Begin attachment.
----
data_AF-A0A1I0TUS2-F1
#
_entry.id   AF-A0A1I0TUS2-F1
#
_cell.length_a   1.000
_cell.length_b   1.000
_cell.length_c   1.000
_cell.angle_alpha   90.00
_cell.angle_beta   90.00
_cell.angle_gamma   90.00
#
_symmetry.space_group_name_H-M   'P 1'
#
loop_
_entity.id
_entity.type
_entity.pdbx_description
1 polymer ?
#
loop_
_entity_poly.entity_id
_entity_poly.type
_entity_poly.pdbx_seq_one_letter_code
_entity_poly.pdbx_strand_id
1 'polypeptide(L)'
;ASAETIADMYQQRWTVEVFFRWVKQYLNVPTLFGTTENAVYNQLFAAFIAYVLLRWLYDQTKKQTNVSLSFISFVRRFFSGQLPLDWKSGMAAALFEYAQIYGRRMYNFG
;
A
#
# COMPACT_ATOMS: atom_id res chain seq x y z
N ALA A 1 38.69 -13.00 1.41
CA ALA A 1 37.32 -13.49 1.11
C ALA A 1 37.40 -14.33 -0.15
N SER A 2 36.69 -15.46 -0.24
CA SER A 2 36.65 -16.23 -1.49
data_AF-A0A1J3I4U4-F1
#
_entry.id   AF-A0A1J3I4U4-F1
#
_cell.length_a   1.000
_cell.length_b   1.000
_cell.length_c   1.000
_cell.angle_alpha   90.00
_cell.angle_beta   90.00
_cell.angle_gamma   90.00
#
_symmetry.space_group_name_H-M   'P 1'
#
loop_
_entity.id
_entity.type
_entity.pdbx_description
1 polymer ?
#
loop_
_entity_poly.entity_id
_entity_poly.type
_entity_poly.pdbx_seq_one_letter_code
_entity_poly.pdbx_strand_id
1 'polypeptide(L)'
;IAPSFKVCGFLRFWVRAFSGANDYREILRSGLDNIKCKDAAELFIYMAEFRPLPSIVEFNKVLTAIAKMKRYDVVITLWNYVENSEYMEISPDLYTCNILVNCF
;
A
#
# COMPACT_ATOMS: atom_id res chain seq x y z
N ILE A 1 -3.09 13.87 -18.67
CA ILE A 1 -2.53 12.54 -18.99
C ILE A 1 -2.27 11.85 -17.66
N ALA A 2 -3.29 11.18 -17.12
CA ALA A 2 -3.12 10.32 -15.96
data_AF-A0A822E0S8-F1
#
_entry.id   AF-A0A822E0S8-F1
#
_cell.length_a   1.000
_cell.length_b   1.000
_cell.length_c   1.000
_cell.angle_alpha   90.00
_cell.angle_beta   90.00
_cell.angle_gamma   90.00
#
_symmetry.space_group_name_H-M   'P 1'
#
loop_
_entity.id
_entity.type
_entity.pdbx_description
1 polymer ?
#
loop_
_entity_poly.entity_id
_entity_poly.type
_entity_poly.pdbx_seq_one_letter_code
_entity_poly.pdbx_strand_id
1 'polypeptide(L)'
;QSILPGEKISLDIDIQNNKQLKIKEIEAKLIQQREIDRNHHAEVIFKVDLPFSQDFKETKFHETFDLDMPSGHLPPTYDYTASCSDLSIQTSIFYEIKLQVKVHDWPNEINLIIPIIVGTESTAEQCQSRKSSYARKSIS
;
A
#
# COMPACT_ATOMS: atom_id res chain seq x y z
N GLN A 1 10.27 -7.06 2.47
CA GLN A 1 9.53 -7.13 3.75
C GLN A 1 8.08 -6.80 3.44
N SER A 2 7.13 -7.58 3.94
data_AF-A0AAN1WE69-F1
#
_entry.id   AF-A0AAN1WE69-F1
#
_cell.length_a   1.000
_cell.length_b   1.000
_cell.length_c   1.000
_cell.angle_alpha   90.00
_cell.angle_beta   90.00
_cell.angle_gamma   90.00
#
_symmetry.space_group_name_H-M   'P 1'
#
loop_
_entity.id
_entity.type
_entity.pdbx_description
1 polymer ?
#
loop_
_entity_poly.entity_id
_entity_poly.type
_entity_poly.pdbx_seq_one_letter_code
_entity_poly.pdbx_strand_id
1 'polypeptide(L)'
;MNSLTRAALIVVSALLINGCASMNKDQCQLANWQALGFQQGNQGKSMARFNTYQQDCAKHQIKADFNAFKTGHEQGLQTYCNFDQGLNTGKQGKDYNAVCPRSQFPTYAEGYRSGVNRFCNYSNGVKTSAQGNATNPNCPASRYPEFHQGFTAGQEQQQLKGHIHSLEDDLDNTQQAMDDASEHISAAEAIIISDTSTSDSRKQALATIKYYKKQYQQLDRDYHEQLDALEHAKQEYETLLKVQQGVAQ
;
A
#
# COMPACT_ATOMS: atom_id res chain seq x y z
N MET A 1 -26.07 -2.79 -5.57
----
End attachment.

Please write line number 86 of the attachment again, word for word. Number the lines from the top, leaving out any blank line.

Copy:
_entity.type